Password Perils

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- One in ten Brits snoop on their partner online without their permission –

1st February 2012: Hard-up Brits are watching their pennies but not their passwords according to new research out today which reveals that 76 per cent(1) of Brits use the same password for multiple accounts including email, social media sites, online banking and shopping.

The study by esure home insurance found that one in ten Brits (ten per cent) have had had their accounts hacked in the past year and nearly a quarter (24 per cent) keep all of their security passwords in one place.. One in ten Brits (nine per cent) have even snooped on their own partner by using their password without their permission.

The research reveals that the average person is asked for a password up to eleven times per day, but alarmingly, one in five (20 per cent) use the same password for multiple accounts. The most popular password for Brits is their mother’s maiden name with almost 20 per cent using this to access their accounts. This is despite the fact that 15 per cent said they knew it was possible for a stranger to access this information.

The findings revealed that Brits are even more predictable when it comes to entering pin numbers. One in seven (14 per cent) use their birthday, while ten per cent use a simple combination such as ‘1234’ or four of the same numbers. Seventeen per cent admit that they do not destroy, as instructed, the written confirmation of the pin number to their new debit or credit card when it’s sent by the bank. A third of those questioned (33 per cent) even admit they do not always cover up their pin number when paying for something or getting cash out of a ‘hole in the wall’ machine.

 Despite the considerable loss to privacy and risk of fraud, almost half of Brits (48 per cent) keep passwords written down on paper, stored in their phone or on their computer. Alarmingly, one in seven (14 per cent) of those surveyed admit to carrying their passwords around with them, while over a quarter (27 per cent) have them written down at home.

Despite lax measures to make remembering passwords easier, the average Brit has lost access to almost three accounts, including email and online shopping, as a result of forgetting their passwords.

Nikki Sellers, Head of Home Underwriting at esure, said: “The number of passwords needed to navigate modern life is constantly increasing and this has led many Brits to taking serious security risks. Having your account hacked into can be very distressing and lead to further violations, such as break ins, which is another reminder of the need for adequate home insurance.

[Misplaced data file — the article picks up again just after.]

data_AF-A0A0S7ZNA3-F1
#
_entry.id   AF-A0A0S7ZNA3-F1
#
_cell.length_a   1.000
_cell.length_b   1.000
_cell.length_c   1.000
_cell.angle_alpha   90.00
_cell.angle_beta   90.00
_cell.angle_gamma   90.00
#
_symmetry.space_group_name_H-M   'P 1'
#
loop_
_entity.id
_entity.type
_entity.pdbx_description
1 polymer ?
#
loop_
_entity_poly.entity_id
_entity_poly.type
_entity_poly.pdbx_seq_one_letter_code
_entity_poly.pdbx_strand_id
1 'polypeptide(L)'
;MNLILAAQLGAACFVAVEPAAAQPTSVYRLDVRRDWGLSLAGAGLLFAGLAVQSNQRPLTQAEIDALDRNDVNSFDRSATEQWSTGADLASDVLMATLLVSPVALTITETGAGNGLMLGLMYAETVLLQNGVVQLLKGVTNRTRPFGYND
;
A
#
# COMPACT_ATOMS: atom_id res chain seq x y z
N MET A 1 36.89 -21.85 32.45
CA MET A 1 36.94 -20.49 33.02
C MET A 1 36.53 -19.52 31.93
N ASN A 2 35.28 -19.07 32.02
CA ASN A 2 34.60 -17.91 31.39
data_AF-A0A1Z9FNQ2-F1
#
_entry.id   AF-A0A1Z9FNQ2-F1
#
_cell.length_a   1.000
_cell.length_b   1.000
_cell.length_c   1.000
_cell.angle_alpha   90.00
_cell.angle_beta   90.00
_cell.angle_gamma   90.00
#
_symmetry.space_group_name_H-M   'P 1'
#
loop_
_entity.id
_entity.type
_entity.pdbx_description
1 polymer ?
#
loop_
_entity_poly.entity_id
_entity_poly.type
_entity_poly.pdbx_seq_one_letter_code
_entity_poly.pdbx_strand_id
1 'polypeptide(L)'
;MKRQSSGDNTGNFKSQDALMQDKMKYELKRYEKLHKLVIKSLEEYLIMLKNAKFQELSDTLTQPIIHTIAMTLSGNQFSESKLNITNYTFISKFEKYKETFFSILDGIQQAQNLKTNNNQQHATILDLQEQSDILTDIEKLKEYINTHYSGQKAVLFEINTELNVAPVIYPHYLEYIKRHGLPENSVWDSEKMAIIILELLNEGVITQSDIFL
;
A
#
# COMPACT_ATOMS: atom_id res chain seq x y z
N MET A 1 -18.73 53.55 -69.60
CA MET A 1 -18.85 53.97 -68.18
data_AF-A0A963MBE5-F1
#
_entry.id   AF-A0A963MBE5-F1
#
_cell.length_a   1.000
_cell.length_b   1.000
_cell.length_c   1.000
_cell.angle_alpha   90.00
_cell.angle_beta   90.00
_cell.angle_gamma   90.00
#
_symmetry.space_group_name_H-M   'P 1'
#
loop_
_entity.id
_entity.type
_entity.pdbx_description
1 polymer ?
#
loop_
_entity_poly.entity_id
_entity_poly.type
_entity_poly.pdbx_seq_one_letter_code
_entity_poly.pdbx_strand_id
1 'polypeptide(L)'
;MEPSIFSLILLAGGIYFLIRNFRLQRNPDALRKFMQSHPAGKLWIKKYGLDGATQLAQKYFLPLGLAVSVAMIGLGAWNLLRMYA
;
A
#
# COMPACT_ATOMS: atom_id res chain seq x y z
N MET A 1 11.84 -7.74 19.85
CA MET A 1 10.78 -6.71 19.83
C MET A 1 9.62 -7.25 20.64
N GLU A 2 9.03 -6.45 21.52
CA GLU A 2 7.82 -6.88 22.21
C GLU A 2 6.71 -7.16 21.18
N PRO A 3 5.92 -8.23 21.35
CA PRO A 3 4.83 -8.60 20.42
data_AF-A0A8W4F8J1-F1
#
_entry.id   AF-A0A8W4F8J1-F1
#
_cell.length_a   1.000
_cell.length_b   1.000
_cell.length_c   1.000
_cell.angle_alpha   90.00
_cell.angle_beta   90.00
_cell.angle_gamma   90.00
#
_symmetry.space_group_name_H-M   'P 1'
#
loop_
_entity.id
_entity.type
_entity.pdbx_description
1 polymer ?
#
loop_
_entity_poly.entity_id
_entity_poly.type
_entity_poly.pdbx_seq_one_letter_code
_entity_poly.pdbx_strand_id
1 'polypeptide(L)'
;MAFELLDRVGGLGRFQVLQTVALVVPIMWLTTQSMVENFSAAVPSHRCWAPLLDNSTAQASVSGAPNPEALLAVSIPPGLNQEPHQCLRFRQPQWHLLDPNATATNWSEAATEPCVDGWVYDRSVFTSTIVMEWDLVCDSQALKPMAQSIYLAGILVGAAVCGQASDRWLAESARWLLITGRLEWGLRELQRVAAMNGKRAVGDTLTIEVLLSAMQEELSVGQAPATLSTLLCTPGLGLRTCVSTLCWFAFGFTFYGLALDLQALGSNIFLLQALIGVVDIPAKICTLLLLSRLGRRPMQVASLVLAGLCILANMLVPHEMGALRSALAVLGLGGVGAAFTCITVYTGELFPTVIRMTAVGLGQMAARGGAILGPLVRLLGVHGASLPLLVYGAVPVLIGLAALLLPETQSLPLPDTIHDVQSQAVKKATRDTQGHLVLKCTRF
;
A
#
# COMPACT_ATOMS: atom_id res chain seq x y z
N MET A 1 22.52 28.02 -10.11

“Writing down passwords is sometimes the only way to avoid forgetting them, but this should then be treated as a highly valuable possession and not carried around or left lying around where it could easily end up falling into the wrong hands.”

The results show that men are more likely to snoop on their partners than women, with one in ten men using their loved-one’s pin or password without their knowledge, compared to just six per cent of females doing the same to their partners.

According to the research those in the North East are the most security lax with two fifths (41 per cent) failing to cover up their pin numbers, while the most security conscious area is Wales, where well over half (59 per cent) always cover their pin.

Those aged 55 and over are the most careful with their bank details with 86 per cent regularly reading their statements to see if they’ve been a victim of bank fraud. However, this figure is just 59 per cent for people under 25.

 

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esure’s press contacts:
For further information please contact the esure press office at Mischief PR on 020 3128 6520 or email esure@mischiefpr.com

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Notes to Editors:
(1) esure used the independent online research company FlyResearch who surveyed 1,000 Brits aged 18 and over, between 26th and 27th January 2012. FlyResearch is an online market research company. Its researches are members of the MRS, PRCA, BPC and Esomar, and abide by their guidelines. Further information is available at www.FlyResearch.com